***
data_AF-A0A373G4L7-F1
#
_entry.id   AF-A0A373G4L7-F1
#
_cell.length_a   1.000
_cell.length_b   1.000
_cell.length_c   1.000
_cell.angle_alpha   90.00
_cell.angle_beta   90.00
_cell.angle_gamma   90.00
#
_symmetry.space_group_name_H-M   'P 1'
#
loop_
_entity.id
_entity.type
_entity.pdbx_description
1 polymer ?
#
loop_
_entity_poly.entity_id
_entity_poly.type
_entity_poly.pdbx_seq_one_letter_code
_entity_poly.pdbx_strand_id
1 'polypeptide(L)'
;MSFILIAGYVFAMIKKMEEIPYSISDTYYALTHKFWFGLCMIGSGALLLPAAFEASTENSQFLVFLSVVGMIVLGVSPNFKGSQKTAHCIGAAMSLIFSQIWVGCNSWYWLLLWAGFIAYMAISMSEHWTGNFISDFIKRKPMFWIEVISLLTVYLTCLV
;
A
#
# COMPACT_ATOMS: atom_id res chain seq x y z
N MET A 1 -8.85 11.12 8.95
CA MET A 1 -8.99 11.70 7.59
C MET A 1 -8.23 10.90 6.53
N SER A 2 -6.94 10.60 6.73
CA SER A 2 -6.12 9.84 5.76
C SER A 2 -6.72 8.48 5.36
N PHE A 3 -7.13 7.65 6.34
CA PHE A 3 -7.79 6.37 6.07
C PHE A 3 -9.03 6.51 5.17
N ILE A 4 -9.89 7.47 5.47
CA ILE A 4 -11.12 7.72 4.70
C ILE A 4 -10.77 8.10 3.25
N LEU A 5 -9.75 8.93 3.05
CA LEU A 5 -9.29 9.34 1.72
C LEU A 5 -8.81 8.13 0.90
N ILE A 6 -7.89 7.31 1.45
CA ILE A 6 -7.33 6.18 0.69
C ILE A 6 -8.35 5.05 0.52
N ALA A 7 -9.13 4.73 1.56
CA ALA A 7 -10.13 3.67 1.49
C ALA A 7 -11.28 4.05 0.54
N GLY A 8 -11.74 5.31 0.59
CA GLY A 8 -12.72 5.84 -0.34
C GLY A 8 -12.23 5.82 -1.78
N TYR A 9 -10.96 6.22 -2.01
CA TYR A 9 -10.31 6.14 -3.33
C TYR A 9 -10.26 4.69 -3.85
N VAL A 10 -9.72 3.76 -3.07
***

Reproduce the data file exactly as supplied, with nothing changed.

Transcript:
data_AF-A0A373G4L7-F1
#
_entry.id   AF-A0A373G4L7-F1
#
_cell.length_a   1.000
_cell.length_b   1.000
_cell.length_c   1.000
_cell.angle_alpha   90.00
_cell.angle_beta   90.00
_cell.angle_gamma   90.00
#
_symmetry.space_group_name_H-M   'P 1'
#
loop_
_entity.id
_entity.type
_entity.pdbx_description
1 polymer ?
#
loop_
_entity_poly.entity_id
_entity_poly.type
_entity_poly.pdbx_seq_one_letter_code
_entity_poly.pdbx_strand_id
1 'polypeptide(L)'
;MSFILIAGYVFAMIKKMEEIPYSISDTYYALTHKFWFGLCMIGSGALLLPAAFEASTENSQFLVFLSVVGMIVLGVSPNFKGSQKTAHCIGAAMSLIFSQIWVGCNSWYWLLLWAGFIAYMAISMSEHWTGNFISDFIKRKPMFWIEVISLLTVYLTCLV
;
A
#
# COMPACT_ATOMS: atom_id res chain seq x y z
N MET A 1 -8.85 11.12 8.95
CA MET A 1 -8.99 11.70 7.59
C MET A 1 -8.23 10.90 6.53
N SER A 2 -6.94 10.60 6.73
CA SER A 2 -6.12 9.84 5.76
C SER A 2 -6.72 8.48 5.36
N PHE A 3 -7.13 7.65 6.34
CA PHE A 3 -7.79 6.37 6.07
C PHE A 3 -9.03 6.51 5.17
N ILE A 4 -9.89 7.47 5.47
CA ILE A 4 -11.12 7.72 4.70
C ILE A 4 -10.77 8.10 3.25
N LEU A 5 -9.75 8.93 3.05
CA LEU A 5 -9.29 9.34 1.72
C LEU A 5 -8.81 8.13 0.90
N ILE A 6 -7.89 7.31 1.45
CA ILE A 6 -7.33 6.18 0.69
C ILE A 6 -8.35 5.05 0.52
N ALA A 7 -9.13 4.73 1.56
CA ALA A 7 -10.13 3.67 1.49
C ALA A 7 -11.28 4.05 0.54
N GLY A 8 -11.74 5.31 0.59
CA GLY A 8 -12.72 5.84 -0.34
C GLY A 8 -12.23 5.82 -1.78
N TYR A 9 -10.96 6.22 -2.01
CA TYR A 9 -10.31 6.14 -3.33
C TYR A 9 -10.26 4.69 -3.85
N VAL A 10 -9.72 3.76 -3.07